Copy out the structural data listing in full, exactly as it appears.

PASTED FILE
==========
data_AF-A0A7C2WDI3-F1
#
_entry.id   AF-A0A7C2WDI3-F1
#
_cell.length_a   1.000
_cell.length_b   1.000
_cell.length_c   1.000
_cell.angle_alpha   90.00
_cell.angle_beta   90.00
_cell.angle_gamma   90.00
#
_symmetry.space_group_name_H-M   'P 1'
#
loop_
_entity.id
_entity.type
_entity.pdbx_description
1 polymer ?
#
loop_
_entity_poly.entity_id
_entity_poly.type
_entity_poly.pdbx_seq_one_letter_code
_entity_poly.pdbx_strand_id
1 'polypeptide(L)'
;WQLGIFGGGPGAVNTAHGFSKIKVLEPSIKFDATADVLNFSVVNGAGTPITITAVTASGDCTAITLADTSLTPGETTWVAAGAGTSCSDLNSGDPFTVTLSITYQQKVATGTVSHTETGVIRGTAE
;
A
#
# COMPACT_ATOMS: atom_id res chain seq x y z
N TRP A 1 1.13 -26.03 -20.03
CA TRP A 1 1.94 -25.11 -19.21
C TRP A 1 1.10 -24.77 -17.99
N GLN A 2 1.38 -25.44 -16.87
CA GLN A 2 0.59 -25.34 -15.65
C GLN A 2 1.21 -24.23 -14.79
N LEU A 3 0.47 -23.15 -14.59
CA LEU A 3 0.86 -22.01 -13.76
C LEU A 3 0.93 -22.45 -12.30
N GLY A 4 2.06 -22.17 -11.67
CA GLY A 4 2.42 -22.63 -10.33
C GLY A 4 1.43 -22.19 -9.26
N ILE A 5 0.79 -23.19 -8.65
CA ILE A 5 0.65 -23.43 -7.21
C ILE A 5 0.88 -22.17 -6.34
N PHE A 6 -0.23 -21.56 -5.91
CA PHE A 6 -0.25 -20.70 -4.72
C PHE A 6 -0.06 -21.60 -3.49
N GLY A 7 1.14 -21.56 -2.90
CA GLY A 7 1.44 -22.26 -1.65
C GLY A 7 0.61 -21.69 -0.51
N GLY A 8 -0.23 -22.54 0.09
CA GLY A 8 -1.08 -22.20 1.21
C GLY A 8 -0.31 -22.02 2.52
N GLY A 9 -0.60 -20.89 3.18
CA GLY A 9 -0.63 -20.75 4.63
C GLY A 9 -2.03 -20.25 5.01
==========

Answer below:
data_AF-A0A7C2WDI3-F1
#
_entry.id   AF-A0A7C2WDI3-F1
#
_cell.length_a   1.000
_cell.length_b   1.000
_cell.length_c   1.000
_cell.angle_alpha   90.00
_cell.angle_beta   90.00
_cell.angle_gamma   90.00
#
_symmetry.space_group_name_H-M   'P 1'
#
loop_
_entity.id
_entity.type
_entity.pdbx_description
1 polymer ?
#
loop_
_entity_poly.entity_id
_entity_poly.type
_entity_poly.pdbx_seq_one_letter_code
_entity_poly.pdbx_strand_id
1 'polypeptide(L)'
;WQLGIFGGGPGAVNTAHGFSKIKVLEPSIKFDATADVLNFSVVNGAGTPITITAVTASGDCTAITLADTSLTPGETTWVAAGAGTSCSDLNSGDPFTVTLSITYQQKVATGTVSHTETGVIRGTAE
;
A
#
# COMPACT_ATOMS: atom_id res chain seq x y z
N TRP A 1 1.13 -26.03 -20.03
CA TRP A 1 1.94 -25.11 -19.21
C TRP A 1 1.10 -24.77 -17.99
N GLN A 2 1.38 -25.44 -16.87
CA GLN A 2 0.59 -25.34 -15.65
C GLN A 2 1.21 -24.23 -14.79
N LEU A 3 0.47 -23.15 -14.59
CA LEU A 3 0.86 -22.01 -13.76
C LEU A 3 0.93 -22.45 -12.30
N GLY A 4 2.06 -22.17 -11.67
CA GLY A 4 2.42 -22.63 -10.33
C GLY A 4 1.43 -22.19 -9.26
N ILE A 5 0.79 -23.19 -8.65
CA ILE A 5 0.65 -23.43 -7.21
C ILE A 5 0.88 -22.17 -6.34
N PHE A 6 -0.23 -21.56 -5.91
CA PHE A 6 -0.25 -20.70 -4.72
C PHE A 6 -0.06 -21.60 -3.49
N GLY A 7 1.14 -21.56 -2.90
CA GLY A 7 1.44 -22.26 -1.65
C GLY A 7 0.61 -21.69 -0.51
N GLY A 8 -0.23 -22.54 0.09
CA GLY A 8 -1.08 -22.20 1.21
C GLY A 8 -0.31 -22.02 2.52
N GLY A 9 -0.60 -20.89 3.18
CA GLY A 9 -0.63 -20.75 4.63
C GLY A 9 -2.03 -20.25 5.01